Bill, enrolled member of Choctaw Tribe. 2005 Fleetwood/Revolution,AFE Filter,Aero Exhaust,Koni FSD shocks,KarKaddy SS. Progressive HW-50C.
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Old 06-09-2013, 06:01 AM   #22
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Originally Posted by SmokeyWren View Post

For 5er with GVWR more than 20,000 pounds, same as above except F-450 chassis cab with aftermarket tow body or pickup bed.
Of course a note on the chassis cab is the derating of the engine (6.7).
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Old 06-09-2013, 05:52 PM   #23
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I've heard that talk for decades, never saw anything in writing. Son-in-law is maintenance manager for a large OTR trucking company. I asked how they treated brand-new tractors. He said they handed the keys to a senior driver, who got his trailer assignment from dispatch-hooked up and hit the road.
2000 Winnebago Ultimate Freedom USQ40JD, ISC 8.3 Cummins 350, Spartan MM Chassis. USA 1SG, retired;PPA,Good Sam Life member."We the people are the rightful masters of both the Congress and the Courts - not to overthrow the Constitution but to overthrow men who pervert theConstitution. "Abraham Lincoln"
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Old 06-10-2013, 09:56 AM   #24
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500,000 miles
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Old 06-24-2013, 03:00 PM   #25
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For a truck with 100k or more miles the only diesel I would buy would be a Duramax 2006-2007 Classic with the LBZ engine. I researched all the 2009 and earlier diesel trucks from Ford, GM, and Dodge and they all had their problems but the fewest were with the Chevy LBZ trucks. And it is not only the engine but the cooling system, electrical systems, emissions system, fuel system, and other areas that will result in time spent at the shop and big repair bills.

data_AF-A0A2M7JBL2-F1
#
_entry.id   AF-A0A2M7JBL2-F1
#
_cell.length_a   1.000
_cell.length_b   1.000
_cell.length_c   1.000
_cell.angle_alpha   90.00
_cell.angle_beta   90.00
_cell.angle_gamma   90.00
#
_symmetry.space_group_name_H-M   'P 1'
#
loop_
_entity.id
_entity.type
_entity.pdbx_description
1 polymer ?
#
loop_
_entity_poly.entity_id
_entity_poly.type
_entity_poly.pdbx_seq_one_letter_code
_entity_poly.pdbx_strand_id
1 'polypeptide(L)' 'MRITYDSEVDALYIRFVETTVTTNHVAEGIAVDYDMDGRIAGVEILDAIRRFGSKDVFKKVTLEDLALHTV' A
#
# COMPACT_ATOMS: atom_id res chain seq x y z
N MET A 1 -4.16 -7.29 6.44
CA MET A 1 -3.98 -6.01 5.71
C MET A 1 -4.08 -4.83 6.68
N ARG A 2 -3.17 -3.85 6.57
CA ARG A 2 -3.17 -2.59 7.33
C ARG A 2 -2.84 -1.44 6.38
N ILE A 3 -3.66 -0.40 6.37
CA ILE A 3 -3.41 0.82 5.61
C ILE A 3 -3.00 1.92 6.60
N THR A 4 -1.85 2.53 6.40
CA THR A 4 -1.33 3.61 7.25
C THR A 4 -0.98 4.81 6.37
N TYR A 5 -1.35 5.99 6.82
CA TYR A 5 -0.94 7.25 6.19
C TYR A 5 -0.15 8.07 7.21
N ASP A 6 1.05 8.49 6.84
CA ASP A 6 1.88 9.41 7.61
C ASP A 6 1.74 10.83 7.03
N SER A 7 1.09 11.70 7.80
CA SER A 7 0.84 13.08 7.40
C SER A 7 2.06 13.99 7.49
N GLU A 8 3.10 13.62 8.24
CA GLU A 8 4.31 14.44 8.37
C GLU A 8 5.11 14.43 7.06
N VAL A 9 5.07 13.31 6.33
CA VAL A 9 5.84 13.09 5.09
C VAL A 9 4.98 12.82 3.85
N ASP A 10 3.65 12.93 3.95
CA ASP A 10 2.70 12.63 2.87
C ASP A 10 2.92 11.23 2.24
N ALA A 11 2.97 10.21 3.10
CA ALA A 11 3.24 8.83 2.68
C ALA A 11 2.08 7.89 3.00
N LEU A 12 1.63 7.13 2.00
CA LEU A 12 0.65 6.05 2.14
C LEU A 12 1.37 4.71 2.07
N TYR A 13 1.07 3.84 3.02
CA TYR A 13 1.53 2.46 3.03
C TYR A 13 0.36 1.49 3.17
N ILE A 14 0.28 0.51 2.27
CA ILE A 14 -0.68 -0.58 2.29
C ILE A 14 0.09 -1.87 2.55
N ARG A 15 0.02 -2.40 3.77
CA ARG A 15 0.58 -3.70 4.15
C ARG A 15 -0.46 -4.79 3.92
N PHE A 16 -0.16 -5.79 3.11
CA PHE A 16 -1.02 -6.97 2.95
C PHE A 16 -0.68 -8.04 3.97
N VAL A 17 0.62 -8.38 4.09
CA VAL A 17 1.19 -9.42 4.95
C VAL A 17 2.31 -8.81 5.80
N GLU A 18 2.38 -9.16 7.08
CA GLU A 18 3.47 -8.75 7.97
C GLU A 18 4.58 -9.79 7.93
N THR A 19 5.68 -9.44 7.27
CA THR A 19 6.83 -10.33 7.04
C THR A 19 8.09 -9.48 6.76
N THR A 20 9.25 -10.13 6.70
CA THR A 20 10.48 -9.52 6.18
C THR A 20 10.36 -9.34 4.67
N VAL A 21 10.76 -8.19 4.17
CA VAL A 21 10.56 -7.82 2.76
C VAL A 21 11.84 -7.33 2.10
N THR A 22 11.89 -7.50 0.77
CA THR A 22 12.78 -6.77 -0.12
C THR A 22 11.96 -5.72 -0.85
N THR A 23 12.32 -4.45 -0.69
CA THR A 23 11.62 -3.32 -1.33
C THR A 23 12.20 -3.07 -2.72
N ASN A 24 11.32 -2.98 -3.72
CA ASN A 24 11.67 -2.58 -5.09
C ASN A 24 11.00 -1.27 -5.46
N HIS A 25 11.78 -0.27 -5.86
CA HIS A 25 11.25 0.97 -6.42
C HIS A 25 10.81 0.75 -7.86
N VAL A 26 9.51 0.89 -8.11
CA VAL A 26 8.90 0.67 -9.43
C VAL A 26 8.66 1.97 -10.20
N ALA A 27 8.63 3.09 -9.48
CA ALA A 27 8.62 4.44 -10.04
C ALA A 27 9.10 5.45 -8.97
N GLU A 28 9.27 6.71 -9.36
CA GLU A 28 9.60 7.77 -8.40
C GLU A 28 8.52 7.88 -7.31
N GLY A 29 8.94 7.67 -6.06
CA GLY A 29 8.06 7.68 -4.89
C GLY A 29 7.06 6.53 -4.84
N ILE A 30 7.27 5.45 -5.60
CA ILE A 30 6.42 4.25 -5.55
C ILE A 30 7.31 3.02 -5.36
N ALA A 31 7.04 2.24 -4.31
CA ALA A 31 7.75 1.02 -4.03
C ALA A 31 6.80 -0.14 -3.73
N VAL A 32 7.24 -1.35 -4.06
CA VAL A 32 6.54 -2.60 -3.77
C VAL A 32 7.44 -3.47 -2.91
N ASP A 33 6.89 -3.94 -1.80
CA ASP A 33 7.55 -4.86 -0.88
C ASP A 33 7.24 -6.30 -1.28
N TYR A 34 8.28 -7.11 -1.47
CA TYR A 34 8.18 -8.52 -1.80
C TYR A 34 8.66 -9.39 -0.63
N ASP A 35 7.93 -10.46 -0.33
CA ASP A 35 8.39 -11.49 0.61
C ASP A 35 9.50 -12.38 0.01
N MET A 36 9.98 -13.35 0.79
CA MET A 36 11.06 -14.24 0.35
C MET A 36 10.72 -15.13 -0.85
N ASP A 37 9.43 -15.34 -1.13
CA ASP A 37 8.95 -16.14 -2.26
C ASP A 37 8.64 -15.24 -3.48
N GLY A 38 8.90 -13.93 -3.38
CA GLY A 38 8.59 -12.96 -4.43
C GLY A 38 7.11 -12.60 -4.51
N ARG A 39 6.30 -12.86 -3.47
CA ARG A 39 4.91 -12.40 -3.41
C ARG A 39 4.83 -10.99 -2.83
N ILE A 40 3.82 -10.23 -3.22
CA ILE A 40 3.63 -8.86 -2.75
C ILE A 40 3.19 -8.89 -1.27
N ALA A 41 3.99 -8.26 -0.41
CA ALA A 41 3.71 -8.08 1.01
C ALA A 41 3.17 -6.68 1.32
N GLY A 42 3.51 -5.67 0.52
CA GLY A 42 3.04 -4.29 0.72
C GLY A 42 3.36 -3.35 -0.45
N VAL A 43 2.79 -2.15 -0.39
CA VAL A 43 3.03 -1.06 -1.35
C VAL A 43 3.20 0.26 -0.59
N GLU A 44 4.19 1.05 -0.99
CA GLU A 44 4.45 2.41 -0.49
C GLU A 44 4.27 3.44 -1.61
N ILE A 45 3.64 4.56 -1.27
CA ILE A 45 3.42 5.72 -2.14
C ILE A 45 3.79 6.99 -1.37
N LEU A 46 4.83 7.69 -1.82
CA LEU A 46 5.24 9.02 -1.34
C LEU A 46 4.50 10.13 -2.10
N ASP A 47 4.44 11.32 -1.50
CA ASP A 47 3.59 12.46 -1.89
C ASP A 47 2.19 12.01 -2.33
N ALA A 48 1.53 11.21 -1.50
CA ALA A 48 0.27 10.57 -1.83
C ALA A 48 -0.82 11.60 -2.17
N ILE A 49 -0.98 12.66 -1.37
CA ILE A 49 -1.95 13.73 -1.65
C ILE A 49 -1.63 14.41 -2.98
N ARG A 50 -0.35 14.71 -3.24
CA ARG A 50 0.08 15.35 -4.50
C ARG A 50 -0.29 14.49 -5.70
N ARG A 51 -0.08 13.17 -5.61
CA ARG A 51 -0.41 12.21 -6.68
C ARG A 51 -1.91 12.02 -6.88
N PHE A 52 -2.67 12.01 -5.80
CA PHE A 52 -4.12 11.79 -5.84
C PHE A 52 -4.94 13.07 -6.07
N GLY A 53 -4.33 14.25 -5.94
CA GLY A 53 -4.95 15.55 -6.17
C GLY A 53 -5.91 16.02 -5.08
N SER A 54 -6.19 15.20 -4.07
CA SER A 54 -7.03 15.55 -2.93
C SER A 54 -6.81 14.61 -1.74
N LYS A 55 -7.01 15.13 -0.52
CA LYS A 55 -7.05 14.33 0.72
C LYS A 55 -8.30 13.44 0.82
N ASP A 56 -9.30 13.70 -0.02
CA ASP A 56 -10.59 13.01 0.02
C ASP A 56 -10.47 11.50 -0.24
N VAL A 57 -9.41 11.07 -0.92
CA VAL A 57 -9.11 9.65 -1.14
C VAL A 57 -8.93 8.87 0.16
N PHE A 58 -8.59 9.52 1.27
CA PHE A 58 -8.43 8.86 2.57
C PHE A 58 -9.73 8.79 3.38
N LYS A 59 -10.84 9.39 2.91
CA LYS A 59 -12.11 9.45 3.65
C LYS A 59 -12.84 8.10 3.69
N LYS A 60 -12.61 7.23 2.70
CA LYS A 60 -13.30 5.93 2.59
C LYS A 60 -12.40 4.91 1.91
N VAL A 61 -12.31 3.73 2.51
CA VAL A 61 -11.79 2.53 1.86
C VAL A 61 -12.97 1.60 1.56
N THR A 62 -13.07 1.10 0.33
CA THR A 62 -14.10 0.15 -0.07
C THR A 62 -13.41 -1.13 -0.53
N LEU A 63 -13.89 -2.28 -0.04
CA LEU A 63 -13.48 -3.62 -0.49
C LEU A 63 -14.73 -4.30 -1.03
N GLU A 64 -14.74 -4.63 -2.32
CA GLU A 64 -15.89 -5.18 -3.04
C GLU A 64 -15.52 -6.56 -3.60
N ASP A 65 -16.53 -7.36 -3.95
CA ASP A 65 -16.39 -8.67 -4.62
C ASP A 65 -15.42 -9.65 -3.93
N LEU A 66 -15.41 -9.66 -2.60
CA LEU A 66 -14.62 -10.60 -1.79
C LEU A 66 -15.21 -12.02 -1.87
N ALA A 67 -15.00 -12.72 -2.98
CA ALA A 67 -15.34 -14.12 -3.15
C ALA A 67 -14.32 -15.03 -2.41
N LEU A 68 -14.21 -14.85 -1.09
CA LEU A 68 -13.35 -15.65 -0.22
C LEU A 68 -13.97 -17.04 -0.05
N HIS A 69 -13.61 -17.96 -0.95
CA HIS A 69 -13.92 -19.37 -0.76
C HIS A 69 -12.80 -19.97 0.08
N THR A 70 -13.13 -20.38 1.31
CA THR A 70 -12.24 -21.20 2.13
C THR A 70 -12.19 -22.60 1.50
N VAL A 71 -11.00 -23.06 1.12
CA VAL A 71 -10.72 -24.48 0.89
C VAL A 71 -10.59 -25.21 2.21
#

The reliability of all three manufacturers' diesel trucks improved dramatically in 2010-2011. I would be looking for a 2011 truck with high miles on it and avoid any of the older trucks. Overall unless I really need the extra towing capacity I would put my money into a gas powered truck with a 4.10 rear end.
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Old 06-27-2013, 03:47 PM   #26
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Go with 5th wheel follows you with no whipping back and forth.
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Old 06-27-2013, 03:52 PM   #27
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Had a 6.0 with 3.73 in Chevy, transmission shifting drove me nuts on any hill big or small
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Old 06-27-2013, 04:36 PM   #28
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Had a Cummins 5.9, International 7.3, now Cummins N-14, kept increasing the "go factor". Bought this truck with Cummins N-14 with 836,000 miles.

I guess it was well "broken in" since it gets 8.4 mpg pulling total weight of 47,000 pounds (trailer weighs 22,500 loaded). Have almost 900,000 miles on it now. Truck either sits for months at a time or goes for thousands of miles, between 5,000-11,000 miles. Doesn't seem to be bothered sitting (I do have batteries charging system on board so they don't go flat).
It's a 2000 Volvo.
Transmission never shits out of the overdrive (10th gear) as long as the speed is, above 55 mph, regardless of hill regardless of load.
These engines are just "catching their stride" at about 1/2 million miles.
If you want to know how good your diesel is you need to find out it's B50 rating, not likely published by the likes of Ford or others. Isuzu did publish it way back in 2005 and the Duramax predecessor had a rating of 310,000 miles and their straight six 7.8 liter which they used in MDTs had a B50 rating of 440,000 miles. The B50 rating signifies that at that mileage 50% of those engines required significant repair, rebuild, or failure, but 50% were still on the road and working. I'm assuming Ford would not want to publish those for their 6.0s, 6.4s, they might be embarrassed.
Incidentally, the B50 for the "big boys", 12, 14, 15, 16 liters Cummins, Detroits, Macks, Volvos, etc is 1,000,000 miles, that's why I was not nervous buying something with 836,000 miles.